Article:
Harvard Professor’s Novel Proposal to Pay Public School Students Who Do Well on Standardized Tests

Roland Fryer Jr., an assistant professor of economics and associate director of the W.E.B. Du Bois Institute at Harvard University, has proposed a novel idea to boost black students’ scores on standardized tests: pay them for high scores.

Professor Fryer is organizing an incentive program for students in the New York City public school system. Students in fourth and seventh grade in the city’s schools will be required to take a new set of standardized tests this fall. Fryer proposes that fourth-graders who score well get at least $5, with the top scorers receiving $25. For seventh-graders, the maximum reward would rise to $50. Money would be raised from private sources to pay the students’ rewards.

Dr. Fryer believes that students from white, two-parent families in the suburbs generally are encouraged to learn and do well in school by their families and peers. But often similar encouragement is lacking for children in inner-city schools. Students in these schools have difficulty with the concept that if they work hard now, it will benefit them many years later. By adding an immediate monetary incentive, Fryer believes large numbers of students will be motivated to do well on these tests.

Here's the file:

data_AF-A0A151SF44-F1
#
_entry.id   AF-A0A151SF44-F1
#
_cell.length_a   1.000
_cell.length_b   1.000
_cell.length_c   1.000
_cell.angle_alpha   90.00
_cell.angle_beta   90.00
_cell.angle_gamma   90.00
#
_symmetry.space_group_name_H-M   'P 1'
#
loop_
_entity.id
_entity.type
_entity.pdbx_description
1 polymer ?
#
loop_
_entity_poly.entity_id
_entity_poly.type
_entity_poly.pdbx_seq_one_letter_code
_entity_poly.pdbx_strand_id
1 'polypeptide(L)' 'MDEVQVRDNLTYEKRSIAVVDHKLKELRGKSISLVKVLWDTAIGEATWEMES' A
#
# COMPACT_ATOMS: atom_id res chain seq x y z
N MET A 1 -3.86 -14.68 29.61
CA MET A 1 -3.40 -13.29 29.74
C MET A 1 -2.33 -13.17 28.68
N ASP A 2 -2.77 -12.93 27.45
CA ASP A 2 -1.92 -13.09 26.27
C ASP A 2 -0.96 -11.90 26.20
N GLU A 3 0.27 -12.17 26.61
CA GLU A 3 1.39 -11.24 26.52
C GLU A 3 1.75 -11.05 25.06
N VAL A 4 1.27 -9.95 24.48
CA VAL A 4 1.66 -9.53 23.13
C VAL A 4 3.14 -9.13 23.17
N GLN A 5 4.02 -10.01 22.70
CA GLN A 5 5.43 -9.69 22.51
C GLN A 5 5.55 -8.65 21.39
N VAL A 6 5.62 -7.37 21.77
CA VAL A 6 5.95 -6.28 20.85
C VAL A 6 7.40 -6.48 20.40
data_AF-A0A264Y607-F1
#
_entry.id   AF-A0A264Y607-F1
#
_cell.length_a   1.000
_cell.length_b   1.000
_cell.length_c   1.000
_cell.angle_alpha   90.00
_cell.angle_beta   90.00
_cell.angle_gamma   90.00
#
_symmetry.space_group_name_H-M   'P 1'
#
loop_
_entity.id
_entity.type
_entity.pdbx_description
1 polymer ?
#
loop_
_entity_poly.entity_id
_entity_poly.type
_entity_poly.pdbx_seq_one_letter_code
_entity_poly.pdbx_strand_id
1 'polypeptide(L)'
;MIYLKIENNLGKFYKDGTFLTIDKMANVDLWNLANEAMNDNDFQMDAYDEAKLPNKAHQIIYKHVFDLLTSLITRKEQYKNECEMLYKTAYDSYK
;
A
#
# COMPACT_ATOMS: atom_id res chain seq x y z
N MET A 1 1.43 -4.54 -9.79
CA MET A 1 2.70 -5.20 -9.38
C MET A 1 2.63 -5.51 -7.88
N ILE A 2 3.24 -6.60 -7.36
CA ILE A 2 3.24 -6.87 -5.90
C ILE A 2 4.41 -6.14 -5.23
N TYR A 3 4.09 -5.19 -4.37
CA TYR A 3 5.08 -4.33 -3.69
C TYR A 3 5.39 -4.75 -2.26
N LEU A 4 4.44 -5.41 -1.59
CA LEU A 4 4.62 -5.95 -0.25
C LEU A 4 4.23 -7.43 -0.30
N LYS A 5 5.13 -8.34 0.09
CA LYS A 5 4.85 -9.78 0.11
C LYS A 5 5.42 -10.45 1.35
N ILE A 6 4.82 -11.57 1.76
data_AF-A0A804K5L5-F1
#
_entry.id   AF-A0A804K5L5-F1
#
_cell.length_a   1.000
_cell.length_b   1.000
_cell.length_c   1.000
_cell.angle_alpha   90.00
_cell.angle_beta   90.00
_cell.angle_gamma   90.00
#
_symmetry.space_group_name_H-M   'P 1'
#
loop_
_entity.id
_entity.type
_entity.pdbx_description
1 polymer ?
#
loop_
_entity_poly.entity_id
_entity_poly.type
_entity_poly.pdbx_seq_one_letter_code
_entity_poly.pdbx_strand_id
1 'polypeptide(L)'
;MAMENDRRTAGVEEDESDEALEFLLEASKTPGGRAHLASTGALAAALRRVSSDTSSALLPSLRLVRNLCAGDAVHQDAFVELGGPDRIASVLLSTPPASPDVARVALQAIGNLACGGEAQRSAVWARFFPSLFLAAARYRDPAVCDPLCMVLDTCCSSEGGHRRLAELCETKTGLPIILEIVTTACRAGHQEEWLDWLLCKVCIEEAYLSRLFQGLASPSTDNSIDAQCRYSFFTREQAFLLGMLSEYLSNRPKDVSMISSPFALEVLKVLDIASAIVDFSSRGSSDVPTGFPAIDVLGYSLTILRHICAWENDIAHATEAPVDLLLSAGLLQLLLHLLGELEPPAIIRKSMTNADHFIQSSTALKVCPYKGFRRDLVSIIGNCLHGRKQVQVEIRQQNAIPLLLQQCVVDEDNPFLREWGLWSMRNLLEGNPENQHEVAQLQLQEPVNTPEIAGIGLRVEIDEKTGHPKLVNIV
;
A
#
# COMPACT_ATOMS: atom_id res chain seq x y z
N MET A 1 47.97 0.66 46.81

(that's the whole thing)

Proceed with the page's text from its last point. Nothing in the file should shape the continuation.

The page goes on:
New York City Mayor Michael Bloomberg has not approved the plan but after hearing the Fryer proposal said, “If we aren’t looking at everything, shame on us.”